One such set of lines is the ones that divide the lanes of the road. Motor vehicles are obviously extremely dangerous, especially when operated incorrectly. The law does what it can to make sure people more or less understand this fact and keep it in mind when operating a vehicle, but drivers still make bad choices sometimes. At that point, several tons of steel and fiberglass end up barreling down a freeway at 60 or more miles per hour, pistons churning thanks to the power of perpetual explosions, headed completely the wrong direction.
This often has disastrous results; one such instance recently came to our attention from Houston, TX.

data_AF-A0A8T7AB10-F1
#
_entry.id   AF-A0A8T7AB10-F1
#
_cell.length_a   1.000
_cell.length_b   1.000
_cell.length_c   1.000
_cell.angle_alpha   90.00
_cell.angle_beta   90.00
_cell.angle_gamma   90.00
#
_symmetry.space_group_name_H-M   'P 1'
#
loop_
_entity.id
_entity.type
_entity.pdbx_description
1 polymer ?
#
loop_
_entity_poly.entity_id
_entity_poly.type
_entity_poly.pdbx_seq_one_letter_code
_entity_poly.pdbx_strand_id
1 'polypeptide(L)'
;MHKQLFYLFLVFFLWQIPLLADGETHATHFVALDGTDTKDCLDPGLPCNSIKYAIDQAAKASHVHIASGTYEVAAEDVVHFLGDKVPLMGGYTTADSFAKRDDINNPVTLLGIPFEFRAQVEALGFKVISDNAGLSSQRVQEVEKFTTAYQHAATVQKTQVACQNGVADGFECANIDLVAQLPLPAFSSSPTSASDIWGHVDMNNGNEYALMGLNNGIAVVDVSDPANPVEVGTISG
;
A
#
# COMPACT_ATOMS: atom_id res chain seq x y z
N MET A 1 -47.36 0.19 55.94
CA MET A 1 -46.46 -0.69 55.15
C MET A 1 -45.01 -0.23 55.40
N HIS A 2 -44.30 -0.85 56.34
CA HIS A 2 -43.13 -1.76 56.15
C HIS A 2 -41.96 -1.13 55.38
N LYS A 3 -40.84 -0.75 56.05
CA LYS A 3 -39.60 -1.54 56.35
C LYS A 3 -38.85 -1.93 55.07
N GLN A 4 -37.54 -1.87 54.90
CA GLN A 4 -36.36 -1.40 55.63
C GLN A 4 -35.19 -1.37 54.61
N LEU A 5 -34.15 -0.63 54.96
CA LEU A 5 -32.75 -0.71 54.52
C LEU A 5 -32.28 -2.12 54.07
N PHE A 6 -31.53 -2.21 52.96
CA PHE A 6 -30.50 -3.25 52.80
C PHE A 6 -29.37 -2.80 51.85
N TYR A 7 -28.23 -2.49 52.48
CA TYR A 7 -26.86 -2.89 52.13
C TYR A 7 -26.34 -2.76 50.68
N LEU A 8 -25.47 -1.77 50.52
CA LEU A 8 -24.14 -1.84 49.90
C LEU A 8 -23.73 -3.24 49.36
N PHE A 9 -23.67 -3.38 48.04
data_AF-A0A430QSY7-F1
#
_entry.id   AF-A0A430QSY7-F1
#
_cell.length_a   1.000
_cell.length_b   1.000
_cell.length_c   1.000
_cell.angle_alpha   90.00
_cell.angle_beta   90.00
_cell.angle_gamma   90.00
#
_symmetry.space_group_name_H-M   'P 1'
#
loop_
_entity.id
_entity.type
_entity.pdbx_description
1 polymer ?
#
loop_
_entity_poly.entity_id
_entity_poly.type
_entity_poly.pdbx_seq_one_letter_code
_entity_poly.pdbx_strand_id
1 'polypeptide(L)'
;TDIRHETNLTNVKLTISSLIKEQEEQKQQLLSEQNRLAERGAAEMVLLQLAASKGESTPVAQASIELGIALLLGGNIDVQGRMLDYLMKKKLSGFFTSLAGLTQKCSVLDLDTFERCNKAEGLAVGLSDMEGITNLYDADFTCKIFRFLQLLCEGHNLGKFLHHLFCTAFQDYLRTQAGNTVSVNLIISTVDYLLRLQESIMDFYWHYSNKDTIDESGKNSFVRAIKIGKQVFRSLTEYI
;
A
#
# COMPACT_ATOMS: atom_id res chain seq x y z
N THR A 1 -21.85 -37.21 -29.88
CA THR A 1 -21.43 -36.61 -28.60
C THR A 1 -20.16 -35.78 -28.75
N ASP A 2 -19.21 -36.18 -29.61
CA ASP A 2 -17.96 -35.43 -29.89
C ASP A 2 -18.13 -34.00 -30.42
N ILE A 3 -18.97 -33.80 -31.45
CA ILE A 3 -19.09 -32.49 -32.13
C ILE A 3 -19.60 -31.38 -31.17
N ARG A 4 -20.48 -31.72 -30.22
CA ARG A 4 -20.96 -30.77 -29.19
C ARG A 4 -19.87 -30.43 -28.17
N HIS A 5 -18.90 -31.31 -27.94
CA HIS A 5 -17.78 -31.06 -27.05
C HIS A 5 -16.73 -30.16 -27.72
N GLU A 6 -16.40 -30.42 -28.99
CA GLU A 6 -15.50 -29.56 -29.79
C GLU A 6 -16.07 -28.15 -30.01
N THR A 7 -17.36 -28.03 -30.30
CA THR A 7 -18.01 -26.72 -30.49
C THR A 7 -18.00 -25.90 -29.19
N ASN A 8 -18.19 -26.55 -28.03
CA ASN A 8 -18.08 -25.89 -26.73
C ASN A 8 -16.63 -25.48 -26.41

Houston, TX: April 2, 2017
The Texas Department of Public Safety reported that the married couple of Patrick and Jackie Delane were southbound on Interstate 45 when their Mercedes was struck by a wrong-way driver near the Hardy Toll Road.
The Delanes had just finished celebrating Patrick's upcoming 50th birthday (Monday) with relatives at a nearby IHOP. As they traveled down the interstate, 32-year-old Adam Bonilla, headed north in a Dodge Charger, crossed over the divider into the southbound lanes.
The two vehicles collided head-on; all three involved parties were pronounced dead at the scene. Authorities are investigating the crash further to see if alcohol may have played a factor in the collision. A spokesperson for the DPS stated that Bonilla's vehicle was traveling at speeds up to 100 miles per hour on the interstate.
Proposed Remedy: Adjusting Traffic Signage